You learn something new every day! If you’re like many people, you might think that the terms twin home and duplex are interchangeable. While these two styles of housing are similar in many ways, there are some striking differences. We’ll briefly outline the differences and then discuss some advantages and possible disadvantages of owning a twin home.
Many of us are familiar with the terms duplex, condo, co-op and townhome. They each have something different to offer the homeowner or landlord. A twin home is another possibility and is often confused with a duplex.
As the term implies, there are two homes, side by side, within the same building. They share a wall as do duplexes, but twin homes share a clear-cut wall in the middle, have a similar design on both sides, and are considered two separate parcels and properties, rather than one.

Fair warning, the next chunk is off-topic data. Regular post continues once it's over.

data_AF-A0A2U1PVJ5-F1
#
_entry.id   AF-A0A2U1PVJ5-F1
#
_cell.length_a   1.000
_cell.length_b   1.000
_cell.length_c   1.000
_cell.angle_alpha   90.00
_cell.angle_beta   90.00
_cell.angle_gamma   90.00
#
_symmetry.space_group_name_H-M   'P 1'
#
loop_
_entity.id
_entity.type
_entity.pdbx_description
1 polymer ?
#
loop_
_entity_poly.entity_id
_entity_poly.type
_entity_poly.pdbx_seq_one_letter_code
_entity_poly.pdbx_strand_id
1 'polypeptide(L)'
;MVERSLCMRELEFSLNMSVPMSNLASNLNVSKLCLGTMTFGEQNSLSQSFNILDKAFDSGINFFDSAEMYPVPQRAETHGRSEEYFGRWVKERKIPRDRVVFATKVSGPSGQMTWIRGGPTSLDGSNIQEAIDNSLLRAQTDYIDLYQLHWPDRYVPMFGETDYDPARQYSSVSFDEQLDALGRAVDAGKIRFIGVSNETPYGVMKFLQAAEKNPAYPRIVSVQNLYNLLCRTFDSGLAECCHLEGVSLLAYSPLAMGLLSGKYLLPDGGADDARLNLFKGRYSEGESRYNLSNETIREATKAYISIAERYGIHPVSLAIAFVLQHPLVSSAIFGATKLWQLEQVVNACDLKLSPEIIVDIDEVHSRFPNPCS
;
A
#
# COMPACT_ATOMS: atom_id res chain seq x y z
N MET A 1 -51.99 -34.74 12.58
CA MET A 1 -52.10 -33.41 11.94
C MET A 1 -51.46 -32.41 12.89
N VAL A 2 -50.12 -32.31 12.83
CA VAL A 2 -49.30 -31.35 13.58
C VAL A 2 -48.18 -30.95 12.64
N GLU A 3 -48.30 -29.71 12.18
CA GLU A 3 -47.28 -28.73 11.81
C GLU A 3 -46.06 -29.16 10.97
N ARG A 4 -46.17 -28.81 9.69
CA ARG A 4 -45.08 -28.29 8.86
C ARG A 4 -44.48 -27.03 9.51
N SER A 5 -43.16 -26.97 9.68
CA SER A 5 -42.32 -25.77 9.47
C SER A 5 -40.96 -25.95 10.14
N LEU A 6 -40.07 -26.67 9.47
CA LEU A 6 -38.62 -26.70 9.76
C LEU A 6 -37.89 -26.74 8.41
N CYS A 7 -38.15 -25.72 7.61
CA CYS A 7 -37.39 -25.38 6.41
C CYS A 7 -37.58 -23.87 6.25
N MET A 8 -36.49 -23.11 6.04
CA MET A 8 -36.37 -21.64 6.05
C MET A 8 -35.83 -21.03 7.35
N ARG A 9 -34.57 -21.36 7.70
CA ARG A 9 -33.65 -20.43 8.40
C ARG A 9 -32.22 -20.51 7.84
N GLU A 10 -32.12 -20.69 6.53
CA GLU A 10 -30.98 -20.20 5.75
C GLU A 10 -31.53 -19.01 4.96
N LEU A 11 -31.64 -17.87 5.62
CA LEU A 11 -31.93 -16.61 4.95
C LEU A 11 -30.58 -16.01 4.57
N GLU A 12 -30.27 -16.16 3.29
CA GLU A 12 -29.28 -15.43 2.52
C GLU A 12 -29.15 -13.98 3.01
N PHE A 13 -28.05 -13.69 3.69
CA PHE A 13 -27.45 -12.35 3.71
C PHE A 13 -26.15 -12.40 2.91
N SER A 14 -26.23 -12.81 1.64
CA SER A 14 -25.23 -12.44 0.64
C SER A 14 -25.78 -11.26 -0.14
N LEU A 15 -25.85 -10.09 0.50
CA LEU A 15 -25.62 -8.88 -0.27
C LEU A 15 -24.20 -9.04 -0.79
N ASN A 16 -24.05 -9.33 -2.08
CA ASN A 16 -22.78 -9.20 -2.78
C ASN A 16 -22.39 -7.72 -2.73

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With the dividing line down the middle of the building, ownership is divided equally. The interesting element here is that the property line also runs down the middle of the building and each side has its own property (lot) description.
Each side is owned and operated independently of the other. On the other hand, in the case of a duplex which is considered a multifamily dwelling, the building is divided into two properties/addresses that share one parcel of land.
There are advantages associated with owning a twin home. Usually, there are no homeowner association fees like you have with townhomes and condos. With no association rules and regulations, the owner is free to maintain the home and yard as desired, without restrictions and without consulting the owner of the adjoining property.